On March 23, 2007, a reception was held at the Tamiment Library at New York University. The occasion was the official opening of the archives of the Communist Party USA. The keynote speaker was Gerald Horne, noted Communist and contributing editor of the Communist Party journal, Political Affairs.
In his speech, Horne spoke glowingly of an African-American poet, Frank Marshall Davis, of Chicago, who moved to Honolulu at the height of the anti-communist fervor of the late 1940s. According to Horne, Davis was “certainly in the orbit of the Communist Party – if not a member – and who was born in Kansas and spent a good deal of his adult life in Chicago before decamping to Honolulu in 1948…”
He continued, “Eventually, he befriended another family – a Euro-American family – that had migrated to Honolulu from Kansas and a young woman from this family eventually had a child with a young student from Kenya East Africa…who goes by the name of Barack Obama…who…eventually decamped to Chicago. In his best selling memoir Dreams From My Father, the author speaks warmly of an older black poet, he identifies simply as “Frank” as being a decisive influence in helping him to find his present identity as an African-American, a people who have been the least anti-communist and the most left-leaning of any constituency in this nation…”
Horne concludes his speech by suggesting that one day a teacher will instruct her students to read Obama’s Dreams From My Father in conjunction with Davis’s memoir, Living the Blues, and that, in so doing, they will “examine critically the Frankenstein monsters that US imperialism created in order to subdue Communist parties…”
So what is the significance of all this? Were it not for Horne’s speech at New York University in March 2007, and a February 18, 2008 report by Cliff Kincaid of Accuracy in Media (AIM), titled “Obama’s Communist Mentor,” the significance for the American people could have been lost. Obama’s close ties to yet another influential mentor would never have been known.
Was Obama aware that Davis, his pre-college mentor, was identified as a member of the Communist Party USA in the 1951 report of the Commission on Subversive Activities to the Legislature of the Territory of Hawaii? According to Kincaid, Obama makes only brief references to Davis in his memoir. Obama writes about “a poet named Frank,” who visited them in Hawaii, who once had “some notoriety,” who imparted a lot of “hard-earned knowledge,” and who was “a contemporary of Richard Wright and Langston Hughes.”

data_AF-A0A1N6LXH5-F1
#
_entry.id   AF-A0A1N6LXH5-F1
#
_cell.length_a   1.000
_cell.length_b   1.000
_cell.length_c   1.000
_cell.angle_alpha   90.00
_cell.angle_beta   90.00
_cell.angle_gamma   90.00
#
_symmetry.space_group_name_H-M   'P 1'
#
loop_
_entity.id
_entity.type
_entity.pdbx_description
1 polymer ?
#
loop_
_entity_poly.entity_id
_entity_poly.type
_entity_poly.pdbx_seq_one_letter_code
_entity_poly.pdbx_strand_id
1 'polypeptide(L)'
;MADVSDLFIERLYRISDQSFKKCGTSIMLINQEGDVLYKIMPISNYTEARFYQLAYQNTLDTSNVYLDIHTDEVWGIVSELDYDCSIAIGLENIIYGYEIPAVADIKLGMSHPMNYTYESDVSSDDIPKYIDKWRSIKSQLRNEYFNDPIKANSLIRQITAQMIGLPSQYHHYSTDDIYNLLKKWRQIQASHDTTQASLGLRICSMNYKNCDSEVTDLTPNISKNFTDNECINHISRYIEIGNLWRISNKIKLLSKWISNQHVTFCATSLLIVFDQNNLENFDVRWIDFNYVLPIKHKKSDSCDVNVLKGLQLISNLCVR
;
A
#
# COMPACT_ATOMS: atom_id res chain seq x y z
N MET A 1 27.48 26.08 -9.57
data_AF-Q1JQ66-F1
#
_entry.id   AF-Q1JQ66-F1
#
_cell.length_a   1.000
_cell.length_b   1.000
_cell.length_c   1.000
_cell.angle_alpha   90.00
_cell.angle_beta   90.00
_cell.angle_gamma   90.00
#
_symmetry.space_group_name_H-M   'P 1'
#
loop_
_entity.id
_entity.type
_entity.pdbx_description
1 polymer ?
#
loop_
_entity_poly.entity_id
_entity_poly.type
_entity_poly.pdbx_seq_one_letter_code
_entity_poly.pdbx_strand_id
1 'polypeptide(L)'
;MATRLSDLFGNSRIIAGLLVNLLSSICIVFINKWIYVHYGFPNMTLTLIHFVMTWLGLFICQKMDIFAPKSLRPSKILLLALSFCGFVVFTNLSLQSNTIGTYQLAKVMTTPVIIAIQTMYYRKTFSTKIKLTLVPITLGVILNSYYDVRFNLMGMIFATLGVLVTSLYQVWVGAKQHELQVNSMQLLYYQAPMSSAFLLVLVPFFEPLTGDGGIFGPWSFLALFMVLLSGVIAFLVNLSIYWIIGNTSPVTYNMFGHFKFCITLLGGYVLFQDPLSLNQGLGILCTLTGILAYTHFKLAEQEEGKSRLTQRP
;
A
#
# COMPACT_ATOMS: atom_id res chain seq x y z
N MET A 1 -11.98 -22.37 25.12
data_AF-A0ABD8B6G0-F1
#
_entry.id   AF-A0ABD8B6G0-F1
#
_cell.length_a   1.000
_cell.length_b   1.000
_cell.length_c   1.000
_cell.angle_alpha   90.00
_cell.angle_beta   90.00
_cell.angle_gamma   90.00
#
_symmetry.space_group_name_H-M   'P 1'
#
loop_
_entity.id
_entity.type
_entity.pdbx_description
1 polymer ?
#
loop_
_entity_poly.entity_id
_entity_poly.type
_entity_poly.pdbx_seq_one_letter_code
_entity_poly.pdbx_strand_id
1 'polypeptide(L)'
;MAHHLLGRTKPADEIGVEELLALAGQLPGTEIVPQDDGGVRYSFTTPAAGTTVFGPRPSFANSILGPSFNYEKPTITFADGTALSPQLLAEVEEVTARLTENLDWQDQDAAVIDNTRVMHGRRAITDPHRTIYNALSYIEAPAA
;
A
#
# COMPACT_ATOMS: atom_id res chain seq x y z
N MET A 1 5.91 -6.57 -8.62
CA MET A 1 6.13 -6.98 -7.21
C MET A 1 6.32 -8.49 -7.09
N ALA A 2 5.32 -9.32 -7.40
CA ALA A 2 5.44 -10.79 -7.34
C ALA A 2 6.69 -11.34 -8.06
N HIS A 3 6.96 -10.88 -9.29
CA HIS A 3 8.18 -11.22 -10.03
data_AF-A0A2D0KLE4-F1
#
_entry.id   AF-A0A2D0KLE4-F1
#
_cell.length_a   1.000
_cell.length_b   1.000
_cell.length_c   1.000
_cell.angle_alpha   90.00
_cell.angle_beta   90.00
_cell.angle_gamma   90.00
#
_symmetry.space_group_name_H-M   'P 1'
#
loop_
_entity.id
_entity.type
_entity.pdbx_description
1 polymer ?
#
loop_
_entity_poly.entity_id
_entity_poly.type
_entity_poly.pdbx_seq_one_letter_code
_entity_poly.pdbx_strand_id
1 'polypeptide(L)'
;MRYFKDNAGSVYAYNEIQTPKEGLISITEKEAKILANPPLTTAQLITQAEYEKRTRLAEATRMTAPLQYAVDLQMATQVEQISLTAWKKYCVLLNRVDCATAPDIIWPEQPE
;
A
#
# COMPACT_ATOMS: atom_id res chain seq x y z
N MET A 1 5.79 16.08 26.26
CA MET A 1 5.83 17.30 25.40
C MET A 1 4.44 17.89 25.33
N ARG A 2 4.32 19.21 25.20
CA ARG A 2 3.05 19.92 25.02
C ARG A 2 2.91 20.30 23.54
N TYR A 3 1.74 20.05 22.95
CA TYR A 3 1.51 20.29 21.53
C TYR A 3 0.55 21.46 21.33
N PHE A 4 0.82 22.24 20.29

Wright was a Chicago writer who became a member of the John Reed Club, a Communist front organization. Later, after joining the Communist Party, he became executive secretary of the club and editor of Left Front, a Communist Party magazine. Langston Hughes was a black poet and playwright who was also a member of the John Reed Club and a well-known communist sympathizer.
So, if Obama was aware that “Frank” was “a contemporary of Richard Wright and Langston Hughes,” and he was fully aware of who those men were, why did he not provide a more complete description of Davis’s political affiliations and the “decisive influence” he’d played in helping Obama “find his present identity as an African-American?”
In fact, in referring to them as “contemporaries,” it appears that Obama may have purposely understated the relationship of the three prominent black communists. That characterization could be taken to mean nothing more than that they were roughly the same age or that they were alive at the same time. William L. Andrews, of the University of Wisconsin Studies in Autobiography, refutes that interpretation. He tells us in his review of Davis’s Living the Blues that Davis was an “intimate” of Langston Hughes and Richard Wright.
+In his article, Kincaid reports on the findings of a New Zealand blogger, Trevor Loudon, who has published the text of a letter by Communist Party USA sympathizer Frank Chapman, written to the party newspaper. In referring to Obama’s victory in the Iowa caucuses, Chapman wrote, “Obama’s victory was more than a progressive move, it was a dialectical leap ushering in a qualitatively new era of struggle…Marx once compared revolutionary struggle with the work of the mole who sometimes burrows so far beneath the ground that he leaves no trace of his movement on the surface. This is the old revolutionary ‘mole,’ not only showing his traces on the surface but also breaking through.”
“Progressive?” “Dialectical?” “Struggle?” “Revolutionary?” These are words that we have rarely seen used in the same paragraph since American liberals were successful in silencing the communist-hunter, Senator Joseph McCarthy during the 1950s. It looks as if those terms will soon be coming back into vogue and we have Barack Obama to thank for it.
It also appears that, if Obama is able to successfully weather the Rev. Jeremiah Wright storm, he will soon have another even more deadly storm front gathering on his political horizon. Many on the political left will admit that Obama is so new to the political spotlight that voters know very little about him. That’s true. And the more we learn about him the less there is to like.